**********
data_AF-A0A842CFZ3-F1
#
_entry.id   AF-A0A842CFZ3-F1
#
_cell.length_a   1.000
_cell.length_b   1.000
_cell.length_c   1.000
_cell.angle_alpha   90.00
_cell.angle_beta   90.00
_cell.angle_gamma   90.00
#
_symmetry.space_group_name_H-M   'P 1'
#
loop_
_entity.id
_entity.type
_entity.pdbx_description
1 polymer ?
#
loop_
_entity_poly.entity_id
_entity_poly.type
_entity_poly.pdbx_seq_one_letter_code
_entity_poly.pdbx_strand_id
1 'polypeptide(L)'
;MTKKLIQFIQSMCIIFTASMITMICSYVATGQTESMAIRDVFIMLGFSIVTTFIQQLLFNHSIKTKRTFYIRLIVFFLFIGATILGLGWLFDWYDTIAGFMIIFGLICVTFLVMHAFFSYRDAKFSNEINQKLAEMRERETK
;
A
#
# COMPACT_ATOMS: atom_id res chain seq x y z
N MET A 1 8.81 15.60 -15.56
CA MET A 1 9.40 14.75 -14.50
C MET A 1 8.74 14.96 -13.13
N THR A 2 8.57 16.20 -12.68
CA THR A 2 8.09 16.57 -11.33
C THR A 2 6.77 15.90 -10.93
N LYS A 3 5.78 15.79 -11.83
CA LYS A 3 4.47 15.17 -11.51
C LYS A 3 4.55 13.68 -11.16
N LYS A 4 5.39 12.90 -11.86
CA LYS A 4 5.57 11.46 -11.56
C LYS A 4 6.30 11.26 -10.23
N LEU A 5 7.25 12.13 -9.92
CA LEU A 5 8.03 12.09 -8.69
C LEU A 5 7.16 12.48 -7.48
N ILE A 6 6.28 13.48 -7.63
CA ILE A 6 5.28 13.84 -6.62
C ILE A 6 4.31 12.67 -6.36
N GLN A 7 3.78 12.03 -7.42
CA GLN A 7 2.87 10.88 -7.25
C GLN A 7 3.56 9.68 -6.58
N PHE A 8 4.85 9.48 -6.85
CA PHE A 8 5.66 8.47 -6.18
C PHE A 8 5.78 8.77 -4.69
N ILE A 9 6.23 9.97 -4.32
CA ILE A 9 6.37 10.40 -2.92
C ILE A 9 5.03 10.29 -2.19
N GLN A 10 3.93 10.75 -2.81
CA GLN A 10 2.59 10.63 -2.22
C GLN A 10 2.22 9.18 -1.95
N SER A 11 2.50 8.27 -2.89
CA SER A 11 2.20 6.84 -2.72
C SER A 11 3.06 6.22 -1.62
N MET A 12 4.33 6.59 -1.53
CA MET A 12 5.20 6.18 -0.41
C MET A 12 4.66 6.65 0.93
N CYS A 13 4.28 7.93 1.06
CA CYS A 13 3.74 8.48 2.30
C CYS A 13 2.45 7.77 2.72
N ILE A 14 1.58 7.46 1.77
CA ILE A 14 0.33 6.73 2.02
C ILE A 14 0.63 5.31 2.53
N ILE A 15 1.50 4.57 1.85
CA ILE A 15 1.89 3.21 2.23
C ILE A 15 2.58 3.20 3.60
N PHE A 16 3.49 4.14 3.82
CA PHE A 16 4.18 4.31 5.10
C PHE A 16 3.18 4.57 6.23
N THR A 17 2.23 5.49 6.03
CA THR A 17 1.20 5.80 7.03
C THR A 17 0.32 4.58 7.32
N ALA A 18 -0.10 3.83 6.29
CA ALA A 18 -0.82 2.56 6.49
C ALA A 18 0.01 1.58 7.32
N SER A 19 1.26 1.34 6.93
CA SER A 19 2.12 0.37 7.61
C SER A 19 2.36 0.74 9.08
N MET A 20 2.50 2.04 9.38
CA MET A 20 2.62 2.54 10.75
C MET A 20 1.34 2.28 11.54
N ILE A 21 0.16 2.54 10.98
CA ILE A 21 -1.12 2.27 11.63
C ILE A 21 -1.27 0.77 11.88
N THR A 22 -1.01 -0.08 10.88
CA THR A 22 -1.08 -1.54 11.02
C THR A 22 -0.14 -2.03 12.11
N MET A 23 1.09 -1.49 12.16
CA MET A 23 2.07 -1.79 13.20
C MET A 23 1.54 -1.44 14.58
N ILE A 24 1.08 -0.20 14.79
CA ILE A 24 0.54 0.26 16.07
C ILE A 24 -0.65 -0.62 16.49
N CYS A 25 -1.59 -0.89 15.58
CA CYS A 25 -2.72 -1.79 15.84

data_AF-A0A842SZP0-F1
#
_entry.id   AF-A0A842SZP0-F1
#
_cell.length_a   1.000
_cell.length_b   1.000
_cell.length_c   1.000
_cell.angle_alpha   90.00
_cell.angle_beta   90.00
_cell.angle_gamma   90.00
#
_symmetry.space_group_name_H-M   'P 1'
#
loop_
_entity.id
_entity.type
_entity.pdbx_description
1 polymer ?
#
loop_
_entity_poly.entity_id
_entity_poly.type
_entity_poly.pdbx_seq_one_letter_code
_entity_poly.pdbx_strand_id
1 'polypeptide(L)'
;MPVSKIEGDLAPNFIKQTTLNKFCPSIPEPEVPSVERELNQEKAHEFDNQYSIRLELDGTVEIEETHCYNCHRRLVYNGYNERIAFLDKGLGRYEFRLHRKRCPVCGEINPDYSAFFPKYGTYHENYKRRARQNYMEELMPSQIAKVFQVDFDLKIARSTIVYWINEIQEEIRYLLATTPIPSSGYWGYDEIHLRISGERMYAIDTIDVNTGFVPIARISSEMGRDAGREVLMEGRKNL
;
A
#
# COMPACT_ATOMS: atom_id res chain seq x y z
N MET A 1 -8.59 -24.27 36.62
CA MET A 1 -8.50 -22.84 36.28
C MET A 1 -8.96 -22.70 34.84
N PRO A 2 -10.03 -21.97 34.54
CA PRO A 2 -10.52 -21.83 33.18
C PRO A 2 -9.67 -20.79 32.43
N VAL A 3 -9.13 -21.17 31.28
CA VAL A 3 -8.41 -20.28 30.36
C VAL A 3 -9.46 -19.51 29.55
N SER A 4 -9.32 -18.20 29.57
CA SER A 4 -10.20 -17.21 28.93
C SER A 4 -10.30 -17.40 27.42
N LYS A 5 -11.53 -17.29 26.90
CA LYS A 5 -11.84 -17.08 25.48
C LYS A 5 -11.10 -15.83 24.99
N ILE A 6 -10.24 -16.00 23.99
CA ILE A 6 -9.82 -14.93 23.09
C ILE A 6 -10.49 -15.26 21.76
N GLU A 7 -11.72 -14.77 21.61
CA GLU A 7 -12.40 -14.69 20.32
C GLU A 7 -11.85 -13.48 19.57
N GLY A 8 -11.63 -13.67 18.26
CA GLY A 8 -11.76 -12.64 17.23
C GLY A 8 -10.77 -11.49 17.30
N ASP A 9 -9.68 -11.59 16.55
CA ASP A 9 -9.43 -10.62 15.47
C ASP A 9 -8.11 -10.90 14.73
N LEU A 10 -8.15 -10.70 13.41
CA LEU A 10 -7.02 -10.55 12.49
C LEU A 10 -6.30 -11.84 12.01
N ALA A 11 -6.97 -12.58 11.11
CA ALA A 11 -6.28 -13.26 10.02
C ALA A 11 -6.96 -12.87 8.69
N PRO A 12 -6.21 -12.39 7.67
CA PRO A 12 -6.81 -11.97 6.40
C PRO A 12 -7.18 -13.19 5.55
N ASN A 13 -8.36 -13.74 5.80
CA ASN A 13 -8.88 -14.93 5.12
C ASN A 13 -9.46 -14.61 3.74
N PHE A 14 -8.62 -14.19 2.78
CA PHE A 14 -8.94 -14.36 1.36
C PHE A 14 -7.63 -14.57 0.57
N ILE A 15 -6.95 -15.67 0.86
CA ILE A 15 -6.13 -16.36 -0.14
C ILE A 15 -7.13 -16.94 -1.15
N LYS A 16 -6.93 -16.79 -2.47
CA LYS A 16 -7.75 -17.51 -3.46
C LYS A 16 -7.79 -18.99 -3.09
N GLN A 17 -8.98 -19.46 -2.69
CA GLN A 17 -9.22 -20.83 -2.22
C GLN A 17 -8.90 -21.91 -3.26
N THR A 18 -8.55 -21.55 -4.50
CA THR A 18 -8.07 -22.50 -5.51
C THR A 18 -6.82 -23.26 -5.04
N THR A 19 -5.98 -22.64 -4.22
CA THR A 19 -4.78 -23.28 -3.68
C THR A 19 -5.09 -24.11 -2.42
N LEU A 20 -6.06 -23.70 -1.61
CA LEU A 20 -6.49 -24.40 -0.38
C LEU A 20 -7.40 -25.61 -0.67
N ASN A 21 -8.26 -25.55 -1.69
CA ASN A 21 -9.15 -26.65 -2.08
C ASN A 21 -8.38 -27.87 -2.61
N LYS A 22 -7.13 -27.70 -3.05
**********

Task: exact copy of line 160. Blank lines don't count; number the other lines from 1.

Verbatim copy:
CA ASP A 9 -9.43 -10.62 15.47